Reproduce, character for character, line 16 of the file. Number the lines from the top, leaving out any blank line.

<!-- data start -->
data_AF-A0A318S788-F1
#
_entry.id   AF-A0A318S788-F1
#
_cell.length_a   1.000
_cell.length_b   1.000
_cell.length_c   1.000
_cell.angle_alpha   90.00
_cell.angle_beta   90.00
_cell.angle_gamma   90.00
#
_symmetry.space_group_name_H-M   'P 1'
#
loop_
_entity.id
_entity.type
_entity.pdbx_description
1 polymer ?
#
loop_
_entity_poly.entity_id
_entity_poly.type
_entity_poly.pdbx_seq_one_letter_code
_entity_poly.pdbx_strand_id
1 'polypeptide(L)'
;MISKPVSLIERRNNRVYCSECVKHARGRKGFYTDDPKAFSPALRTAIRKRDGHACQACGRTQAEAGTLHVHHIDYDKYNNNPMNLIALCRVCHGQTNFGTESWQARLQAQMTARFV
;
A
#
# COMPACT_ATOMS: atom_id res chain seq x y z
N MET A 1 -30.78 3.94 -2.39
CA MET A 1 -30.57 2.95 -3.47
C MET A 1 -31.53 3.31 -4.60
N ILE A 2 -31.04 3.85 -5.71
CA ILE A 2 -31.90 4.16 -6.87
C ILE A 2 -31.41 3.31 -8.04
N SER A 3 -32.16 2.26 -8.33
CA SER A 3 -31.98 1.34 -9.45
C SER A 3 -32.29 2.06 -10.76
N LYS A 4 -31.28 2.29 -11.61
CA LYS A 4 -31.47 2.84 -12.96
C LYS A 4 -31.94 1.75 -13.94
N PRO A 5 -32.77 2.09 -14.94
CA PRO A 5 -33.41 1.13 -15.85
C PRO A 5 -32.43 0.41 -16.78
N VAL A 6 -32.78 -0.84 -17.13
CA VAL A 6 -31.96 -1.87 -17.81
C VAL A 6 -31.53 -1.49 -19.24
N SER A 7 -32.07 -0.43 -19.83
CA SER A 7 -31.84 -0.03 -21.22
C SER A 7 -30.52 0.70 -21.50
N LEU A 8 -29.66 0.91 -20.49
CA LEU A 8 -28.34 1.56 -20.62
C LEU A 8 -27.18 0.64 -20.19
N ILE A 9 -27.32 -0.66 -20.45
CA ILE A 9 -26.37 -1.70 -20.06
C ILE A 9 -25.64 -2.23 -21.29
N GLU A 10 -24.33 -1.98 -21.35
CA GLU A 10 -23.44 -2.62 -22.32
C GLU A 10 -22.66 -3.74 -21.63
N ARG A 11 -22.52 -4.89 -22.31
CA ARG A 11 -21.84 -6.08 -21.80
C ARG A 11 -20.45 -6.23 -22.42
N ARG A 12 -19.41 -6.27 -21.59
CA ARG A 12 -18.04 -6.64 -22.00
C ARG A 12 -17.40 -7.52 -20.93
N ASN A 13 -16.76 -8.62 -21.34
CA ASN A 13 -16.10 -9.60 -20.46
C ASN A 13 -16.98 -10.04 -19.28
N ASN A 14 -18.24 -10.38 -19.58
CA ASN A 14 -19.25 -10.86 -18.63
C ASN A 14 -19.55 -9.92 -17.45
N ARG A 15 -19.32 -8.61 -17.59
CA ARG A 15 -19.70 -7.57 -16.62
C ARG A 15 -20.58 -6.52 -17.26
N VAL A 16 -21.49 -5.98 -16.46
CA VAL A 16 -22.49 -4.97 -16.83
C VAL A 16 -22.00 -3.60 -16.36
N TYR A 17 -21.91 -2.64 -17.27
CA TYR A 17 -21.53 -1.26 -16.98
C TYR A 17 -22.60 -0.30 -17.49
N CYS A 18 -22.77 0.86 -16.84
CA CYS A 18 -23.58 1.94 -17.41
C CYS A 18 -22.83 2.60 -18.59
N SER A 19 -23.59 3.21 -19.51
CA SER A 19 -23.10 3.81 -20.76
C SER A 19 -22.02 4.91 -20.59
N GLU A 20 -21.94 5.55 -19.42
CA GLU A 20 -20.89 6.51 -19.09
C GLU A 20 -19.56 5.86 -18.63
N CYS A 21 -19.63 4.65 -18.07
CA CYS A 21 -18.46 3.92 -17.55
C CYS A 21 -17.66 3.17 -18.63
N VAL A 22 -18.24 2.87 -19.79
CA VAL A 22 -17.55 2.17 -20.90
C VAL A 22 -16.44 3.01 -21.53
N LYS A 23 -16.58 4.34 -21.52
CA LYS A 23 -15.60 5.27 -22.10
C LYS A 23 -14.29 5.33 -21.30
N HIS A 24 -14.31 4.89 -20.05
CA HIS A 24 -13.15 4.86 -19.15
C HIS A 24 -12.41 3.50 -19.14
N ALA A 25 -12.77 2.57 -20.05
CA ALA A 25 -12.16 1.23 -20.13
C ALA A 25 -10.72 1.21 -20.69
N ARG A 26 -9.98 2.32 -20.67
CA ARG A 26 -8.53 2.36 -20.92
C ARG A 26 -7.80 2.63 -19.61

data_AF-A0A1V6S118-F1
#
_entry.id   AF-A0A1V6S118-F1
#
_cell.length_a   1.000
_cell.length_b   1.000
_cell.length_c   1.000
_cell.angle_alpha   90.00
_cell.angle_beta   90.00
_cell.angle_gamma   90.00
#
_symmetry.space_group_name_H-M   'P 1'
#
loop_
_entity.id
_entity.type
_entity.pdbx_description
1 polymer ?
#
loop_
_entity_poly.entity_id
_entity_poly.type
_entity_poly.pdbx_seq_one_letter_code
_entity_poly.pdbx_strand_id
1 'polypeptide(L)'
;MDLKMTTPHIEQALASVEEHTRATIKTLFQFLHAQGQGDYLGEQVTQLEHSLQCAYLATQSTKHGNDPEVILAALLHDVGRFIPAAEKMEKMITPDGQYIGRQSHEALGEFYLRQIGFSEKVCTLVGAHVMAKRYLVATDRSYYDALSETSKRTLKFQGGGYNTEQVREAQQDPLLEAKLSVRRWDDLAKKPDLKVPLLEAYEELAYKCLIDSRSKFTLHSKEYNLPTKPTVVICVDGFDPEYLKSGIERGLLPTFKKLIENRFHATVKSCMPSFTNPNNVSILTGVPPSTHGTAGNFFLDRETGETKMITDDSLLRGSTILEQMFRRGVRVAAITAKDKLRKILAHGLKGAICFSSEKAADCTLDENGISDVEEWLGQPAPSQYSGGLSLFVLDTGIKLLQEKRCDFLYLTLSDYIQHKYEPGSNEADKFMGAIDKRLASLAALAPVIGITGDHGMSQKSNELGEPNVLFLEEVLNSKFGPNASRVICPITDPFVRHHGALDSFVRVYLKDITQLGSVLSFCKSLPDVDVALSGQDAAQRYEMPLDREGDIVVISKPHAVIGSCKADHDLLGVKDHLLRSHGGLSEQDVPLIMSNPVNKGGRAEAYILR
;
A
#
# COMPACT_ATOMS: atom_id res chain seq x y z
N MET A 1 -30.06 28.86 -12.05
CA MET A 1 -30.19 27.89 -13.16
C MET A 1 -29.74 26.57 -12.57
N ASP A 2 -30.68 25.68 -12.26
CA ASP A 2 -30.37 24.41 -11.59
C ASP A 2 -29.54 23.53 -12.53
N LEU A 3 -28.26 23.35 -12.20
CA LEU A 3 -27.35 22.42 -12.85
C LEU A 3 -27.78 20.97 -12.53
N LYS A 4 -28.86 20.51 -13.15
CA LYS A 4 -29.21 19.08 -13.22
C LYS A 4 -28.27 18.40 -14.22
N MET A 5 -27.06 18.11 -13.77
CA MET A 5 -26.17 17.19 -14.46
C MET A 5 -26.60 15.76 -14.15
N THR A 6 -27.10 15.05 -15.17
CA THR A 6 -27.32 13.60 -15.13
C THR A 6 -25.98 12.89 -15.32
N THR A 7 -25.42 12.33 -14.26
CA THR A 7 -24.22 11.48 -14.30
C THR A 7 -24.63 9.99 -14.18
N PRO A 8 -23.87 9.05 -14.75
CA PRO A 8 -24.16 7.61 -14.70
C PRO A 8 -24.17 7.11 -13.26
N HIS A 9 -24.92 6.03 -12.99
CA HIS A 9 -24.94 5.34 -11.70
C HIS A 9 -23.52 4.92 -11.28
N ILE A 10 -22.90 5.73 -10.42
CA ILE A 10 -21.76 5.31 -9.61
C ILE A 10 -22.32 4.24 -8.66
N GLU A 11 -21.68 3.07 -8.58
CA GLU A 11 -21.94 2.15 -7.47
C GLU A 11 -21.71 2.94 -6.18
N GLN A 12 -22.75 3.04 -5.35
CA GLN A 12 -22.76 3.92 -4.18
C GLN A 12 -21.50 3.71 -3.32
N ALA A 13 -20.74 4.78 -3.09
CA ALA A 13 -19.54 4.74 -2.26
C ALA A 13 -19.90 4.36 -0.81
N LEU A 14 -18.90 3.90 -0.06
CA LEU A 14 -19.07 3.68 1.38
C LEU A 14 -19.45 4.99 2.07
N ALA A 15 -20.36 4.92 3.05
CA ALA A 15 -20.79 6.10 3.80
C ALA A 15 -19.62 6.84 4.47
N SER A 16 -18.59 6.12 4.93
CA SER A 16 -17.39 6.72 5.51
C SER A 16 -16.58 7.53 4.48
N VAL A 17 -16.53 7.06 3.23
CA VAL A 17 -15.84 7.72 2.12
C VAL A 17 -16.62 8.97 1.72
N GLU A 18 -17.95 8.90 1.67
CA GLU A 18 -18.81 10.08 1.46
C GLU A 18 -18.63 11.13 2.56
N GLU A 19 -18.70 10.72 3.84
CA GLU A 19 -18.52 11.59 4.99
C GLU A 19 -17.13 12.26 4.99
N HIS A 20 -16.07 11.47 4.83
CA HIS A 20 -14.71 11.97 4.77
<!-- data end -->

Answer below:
_entity.type